VAT: Two wrongs don’t make a right

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Neil Warren reviews a case where HMRC and the taxpayer both made mistakes, but the outstanding VAT still had to be paid, with penalties for late registration.  

Background

The case of Ahmed Rasouli (t/a Euro Foods) v HMRC (TC05910) was ostensibly about whether the taxpayer registered for VAT on the correct date. The starting point of any VAT registration challenge is to determine the date when a business is obliged to register, i.e. when the compulsory registration threshold has been exceeded.

Facts

Euro Foods traded as a convenience store selling food, household products, alcohol and tobacco. Rasouli took over the business of Euro Foods on 1 April 2012, according to HMRC.

As he took over the business as a going concern (although this was disputed by Rasouli), he was obliged to register from his first day of trading, because the previous owner of the business was trading above the VAT threshold. This is a key factor in the transfer of a going concern rules; the buyer must treat the seller’s taxable sales as part of his own turnover (VAT Notice 700/1, para 3.8).

Disputed dates

The first dispute was whether Rasouli actually took over the business on 1 April 2012. The tribunal disagreed with HMRC’s conclusion and decided that 12 October 2012 was the relevant date because this was when the lease of the shop and flat was transferred to Rasouli from the previous owner.

It was also established that the seller had accounted for output tax on VAT returns until at least 31 August 2012, so 1 April 2012 could not have been the relevant registration date for Rasouli.

Late registration penalty

The taxpayer had been advised by his accountant in 2012 that he should have registered for VAT, but he ignored this advice. This led HMRC to believe the taxpayer knew what he was doing when he missed the VAT registration date, so they treated the late registration as a “deliberate error not concealed”, and issued a penalty for £4,989.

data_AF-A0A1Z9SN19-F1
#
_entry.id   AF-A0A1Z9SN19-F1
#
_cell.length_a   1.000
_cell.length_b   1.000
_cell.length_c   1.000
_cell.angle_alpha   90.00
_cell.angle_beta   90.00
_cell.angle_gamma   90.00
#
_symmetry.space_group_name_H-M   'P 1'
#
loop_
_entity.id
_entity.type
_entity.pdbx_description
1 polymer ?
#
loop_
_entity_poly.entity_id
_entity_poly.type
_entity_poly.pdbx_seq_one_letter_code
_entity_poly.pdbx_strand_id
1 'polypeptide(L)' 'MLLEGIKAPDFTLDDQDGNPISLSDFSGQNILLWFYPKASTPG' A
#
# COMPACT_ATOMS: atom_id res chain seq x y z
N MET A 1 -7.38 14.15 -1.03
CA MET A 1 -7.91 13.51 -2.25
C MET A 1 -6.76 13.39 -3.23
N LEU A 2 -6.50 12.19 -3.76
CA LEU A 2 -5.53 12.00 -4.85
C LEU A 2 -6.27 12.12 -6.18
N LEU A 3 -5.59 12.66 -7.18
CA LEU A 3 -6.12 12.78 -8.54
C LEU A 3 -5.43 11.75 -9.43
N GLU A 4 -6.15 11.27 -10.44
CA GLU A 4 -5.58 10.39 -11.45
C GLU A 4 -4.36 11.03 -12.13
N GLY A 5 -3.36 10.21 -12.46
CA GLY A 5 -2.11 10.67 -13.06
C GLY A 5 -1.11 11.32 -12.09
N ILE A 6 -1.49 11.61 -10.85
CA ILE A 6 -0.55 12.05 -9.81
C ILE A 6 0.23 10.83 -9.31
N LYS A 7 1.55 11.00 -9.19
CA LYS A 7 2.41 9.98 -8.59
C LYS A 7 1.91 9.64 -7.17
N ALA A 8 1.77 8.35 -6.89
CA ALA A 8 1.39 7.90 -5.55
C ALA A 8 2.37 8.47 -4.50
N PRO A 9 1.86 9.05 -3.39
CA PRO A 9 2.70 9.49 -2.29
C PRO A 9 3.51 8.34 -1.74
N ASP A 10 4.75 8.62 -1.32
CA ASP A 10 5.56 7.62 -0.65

This is a key feature of a late VAT registration: the level of penalty is determined by the behaviour of the taxpayer that caused the late registration, which is categorised into:

  • non-deliberate (0-30%)
  • deliberate (20-70%)
  • deliberate and concealed (30-100%)

This percentage is multiplied by the tax unpaid for the late period (the potential lost revenue: PLN) to establish the penalty – see leaflet CC/FS 11.

To make it worse for Rasouli, the VAT registration was “prompted” by HMRC visiting the taxpayer. The penalty for a prompted disclosure of a deliberate error is 35% to 70%. Where the taxpayer comes forward and registers for VAT of his own accord the penalty would be 20% to 70%.

Best judgment

Another point of disagreement was whether the HMRC officer had used his “best judgment” in establishing the tax arrears of £7,805 for the late period between 2012 and 2014, and whether the penalty of £4,989 was also fair. The HMRC officer had given a 50% discount for the penalty to reflect the help given by the taxpayer.

All the parties agreed that 31 July 2014 was the correct deregistration date because this was when Rasouli sold the business to a third party, Mr Ahmed. The tribunal supported HMRC’s tax and penalty calculations in principle, with the only adjustment being to reduce the start of the late period from 1 April 2012 to 12 October 2012, which had the effect of reducing both the tax and penalty payable by Rasouli.

Learning points

This case illustrates how HMRC can make flawed decisions when there are a lot of confusing issues happening at the same time. But the taxpayer was also guilty of ignoring his accountant’s advice to register and hoping a potential VAT problem would never come to light.

It is important clients are aware that late VAT registrations can be corrected by HMRC going back 20 years - a power they will be prepared to use if appropriate!

About Neil Warren

Neil Warren

Neil Warren is an independent VAT consultant and author who worked for Customs and Excise for 14 years until 1997.

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